Countries that have a real natalist problem--not America or most of Europe, by the way--are right to worry. If Israel is demographically swamped by the Arabs in the occupied territory (as they will be if they don't reach a two-state solution pretty quickly), the character of the country will change dramatically. You'll still be able to get kosher sausage, but the way the government and civil society work will change dramatically, and in many ways not for the better. Likewise, the Protestants in Northern Ireland were perfectly correct to be concerned that if the Catholics reached a majority, their country would change a great deal.

I don't think natalism is the right way to deal with this problem; I think the answer is to handle immigration in a way that allows the immigrants to be easily assimilated into your culture. To the extent that Europe does face a threat from immigration, it's because their policies flatly discourage assimilation. On the one hand, they lavish welfare benefits on immigrants and often make extensive accomodation to their interest groups; on the other, their employment system discriminates, their culture does not consider immigrants to be real members of society, and when they do attempt to encourage assimilation, they do so through ham-fisted authoritarian measures like the French ban on headscarves. America does very well with a policy of benign neglect: no one's going to force you to assimilate, but you'll have a hell of a hard time staying here unless you do.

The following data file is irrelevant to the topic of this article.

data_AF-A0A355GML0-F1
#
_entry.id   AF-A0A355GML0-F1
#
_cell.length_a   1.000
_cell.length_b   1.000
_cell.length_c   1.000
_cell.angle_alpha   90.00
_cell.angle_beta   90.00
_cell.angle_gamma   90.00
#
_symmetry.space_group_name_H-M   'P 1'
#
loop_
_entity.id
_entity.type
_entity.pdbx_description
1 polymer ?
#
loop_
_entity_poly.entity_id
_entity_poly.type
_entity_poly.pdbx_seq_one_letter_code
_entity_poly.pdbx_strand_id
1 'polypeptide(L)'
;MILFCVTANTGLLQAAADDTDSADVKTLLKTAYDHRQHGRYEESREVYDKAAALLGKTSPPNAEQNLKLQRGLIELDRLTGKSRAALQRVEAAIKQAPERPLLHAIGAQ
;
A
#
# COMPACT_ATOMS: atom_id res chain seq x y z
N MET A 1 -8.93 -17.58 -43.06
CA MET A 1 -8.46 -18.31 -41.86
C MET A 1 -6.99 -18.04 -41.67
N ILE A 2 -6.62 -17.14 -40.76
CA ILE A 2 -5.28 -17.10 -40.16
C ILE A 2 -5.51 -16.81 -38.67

I'm enough of a cultural relativist to believe that other cultures have a perfect right not to adopt American values, but enough of a cultural hegemonist to know that I want my country to maintain the dominant American culture. I will be thrilled to have new generations of immigrants contributing their music, their food, their religion, their community life--but I do not want them contributing their ideas about the rule of law, or indeed, what constitutes acceptable behavior in a queue. I think it is possible to achieve this happy balance without having nine kids--and without freaking out at the thought that future Americans will not share my green eyes, snub nose, and near-flourescent albedo.

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Megan McArdle is a columnist at Bloomberg View and a former senior editor at The Atlantic. Her new book is The Up Side of Down.